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Re: orthography and pronunciation

From:D Tse <exponent@...>
Date:Wednesday, April 11, 2001, 12:50
> > In a 1000 years, 20th century English will probably be referred to as > "Classical English", and will be studied by a few nutballs. There will be > diverse speculations about its sound inventory; it will seem totally > unpronounceable to most (there being a lot of weird vowel sounds, syllabic > consonants, extreme consonant clusters, stress rules from hell, and an > ill-understood system of vowel weakening (resulting in the legendary > "schwa") and strengthening). Scholars will disagree on the values of the > various orthographical quirks, such as {gh} and magic {e}. They might say: > "{gh} was most probably pronounced as [G] or [x] (or some say a uvular > approximant)... certainly in Classical English, and perhaps for > some time in > the post-classical period (until the collapse of the American > Empire); {gh} > had surely become silent sometime before the Great Spelling Reform of > 2665..." > > Óskar's 5c :D >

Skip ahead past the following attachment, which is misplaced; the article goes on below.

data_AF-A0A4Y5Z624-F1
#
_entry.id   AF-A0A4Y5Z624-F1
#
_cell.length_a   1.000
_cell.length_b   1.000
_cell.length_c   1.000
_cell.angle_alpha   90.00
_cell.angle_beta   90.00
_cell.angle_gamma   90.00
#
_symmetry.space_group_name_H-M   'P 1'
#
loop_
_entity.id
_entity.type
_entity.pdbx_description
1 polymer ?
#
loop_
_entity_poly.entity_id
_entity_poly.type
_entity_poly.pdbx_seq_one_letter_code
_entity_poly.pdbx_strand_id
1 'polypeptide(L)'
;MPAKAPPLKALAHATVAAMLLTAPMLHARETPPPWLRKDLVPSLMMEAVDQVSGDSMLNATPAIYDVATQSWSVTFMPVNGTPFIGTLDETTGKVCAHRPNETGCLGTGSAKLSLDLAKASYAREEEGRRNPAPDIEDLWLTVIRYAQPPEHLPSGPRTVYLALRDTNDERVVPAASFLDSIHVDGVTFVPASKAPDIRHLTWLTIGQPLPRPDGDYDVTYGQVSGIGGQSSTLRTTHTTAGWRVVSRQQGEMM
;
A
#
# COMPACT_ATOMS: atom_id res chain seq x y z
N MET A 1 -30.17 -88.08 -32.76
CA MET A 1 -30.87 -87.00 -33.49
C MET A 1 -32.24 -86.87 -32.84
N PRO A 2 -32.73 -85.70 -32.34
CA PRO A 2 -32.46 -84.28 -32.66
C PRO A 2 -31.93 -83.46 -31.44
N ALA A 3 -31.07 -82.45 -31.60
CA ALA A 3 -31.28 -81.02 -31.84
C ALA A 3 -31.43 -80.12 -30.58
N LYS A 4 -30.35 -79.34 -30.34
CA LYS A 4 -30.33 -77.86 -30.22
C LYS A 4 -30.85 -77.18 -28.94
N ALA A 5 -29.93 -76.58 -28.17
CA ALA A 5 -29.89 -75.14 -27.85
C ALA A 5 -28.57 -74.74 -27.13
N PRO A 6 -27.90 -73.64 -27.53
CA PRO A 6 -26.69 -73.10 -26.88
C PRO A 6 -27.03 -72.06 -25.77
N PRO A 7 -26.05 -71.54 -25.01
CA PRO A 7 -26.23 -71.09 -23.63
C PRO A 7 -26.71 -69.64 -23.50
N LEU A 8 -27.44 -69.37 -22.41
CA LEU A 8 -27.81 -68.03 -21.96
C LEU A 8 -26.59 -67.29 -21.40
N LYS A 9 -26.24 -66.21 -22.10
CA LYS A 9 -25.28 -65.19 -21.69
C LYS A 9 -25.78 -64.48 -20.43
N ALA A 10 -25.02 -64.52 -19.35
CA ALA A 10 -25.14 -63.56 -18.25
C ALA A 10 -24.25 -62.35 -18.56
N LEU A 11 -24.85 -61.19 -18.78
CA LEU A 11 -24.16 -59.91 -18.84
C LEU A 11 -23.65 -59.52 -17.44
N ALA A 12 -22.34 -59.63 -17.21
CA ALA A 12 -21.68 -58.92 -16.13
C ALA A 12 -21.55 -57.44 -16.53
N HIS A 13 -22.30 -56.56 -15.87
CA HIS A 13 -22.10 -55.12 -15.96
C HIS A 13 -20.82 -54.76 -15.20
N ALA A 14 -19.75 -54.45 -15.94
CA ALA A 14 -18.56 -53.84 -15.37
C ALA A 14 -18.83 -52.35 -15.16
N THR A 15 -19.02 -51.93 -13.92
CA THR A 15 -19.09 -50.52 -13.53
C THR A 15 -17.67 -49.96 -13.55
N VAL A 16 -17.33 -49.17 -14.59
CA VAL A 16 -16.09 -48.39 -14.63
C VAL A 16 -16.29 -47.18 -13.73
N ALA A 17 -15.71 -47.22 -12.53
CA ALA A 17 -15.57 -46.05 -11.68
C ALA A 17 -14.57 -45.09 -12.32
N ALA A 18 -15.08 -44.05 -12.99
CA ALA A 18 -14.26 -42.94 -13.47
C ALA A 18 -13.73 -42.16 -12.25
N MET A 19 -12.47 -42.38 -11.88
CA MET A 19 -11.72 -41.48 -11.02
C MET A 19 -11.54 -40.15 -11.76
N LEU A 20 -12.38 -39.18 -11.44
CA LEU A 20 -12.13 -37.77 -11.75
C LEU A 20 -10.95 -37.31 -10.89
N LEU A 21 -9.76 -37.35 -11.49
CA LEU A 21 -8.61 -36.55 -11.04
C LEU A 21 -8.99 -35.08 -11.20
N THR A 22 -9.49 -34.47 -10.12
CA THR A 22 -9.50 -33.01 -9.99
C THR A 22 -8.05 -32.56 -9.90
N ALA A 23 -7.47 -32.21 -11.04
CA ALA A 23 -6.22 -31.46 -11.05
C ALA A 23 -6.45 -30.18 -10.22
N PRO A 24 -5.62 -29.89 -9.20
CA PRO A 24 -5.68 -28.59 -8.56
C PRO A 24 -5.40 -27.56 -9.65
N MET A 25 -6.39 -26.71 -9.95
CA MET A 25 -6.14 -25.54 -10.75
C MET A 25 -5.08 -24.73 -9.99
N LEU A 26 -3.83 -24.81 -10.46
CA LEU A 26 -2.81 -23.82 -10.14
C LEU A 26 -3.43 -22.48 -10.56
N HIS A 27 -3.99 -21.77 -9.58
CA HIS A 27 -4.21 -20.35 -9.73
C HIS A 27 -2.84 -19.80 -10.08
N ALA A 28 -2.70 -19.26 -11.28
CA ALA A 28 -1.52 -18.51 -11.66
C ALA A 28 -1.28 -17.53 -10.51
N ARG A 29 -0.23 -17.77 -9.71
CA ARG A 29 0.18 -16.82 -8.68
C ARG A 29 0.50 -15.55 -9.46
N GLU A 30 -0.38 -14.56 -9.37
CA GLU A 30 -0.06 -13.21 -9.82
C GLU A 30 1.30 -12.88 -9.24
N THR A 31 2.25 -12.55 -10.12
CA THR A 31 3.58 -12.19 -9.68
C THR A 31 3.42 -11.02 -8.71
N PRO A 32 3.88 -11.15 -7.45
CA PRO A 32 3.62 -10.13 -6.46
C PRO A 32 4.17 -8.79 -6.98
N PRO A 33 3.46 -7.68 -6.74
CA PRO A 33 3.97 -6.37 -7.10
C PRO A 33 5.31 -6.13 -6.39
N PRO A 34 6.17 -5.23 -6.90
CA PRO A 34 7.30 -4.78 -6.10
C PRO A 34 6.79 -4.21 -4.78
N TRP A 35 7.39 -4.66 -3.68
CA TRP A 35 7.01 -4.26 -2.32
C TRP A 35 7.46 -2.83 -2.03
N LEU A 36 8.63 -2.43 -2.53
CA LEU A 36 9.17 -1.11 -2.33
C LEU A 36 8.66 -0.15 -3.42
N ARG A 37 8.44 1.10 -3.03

Hehe...very entertaining. But (and this is conjecture) isn't today's language, specifically its pronounciation be easier to figure out in the future, what with audio samples that the scientists of today hope to retain for prosperity? What I'm saying is that back in Roman 1 AD I'm sure that there was no way to record the exact pronounciations of words, but that making speech recordings are something that is achievable in this day and age. Imperative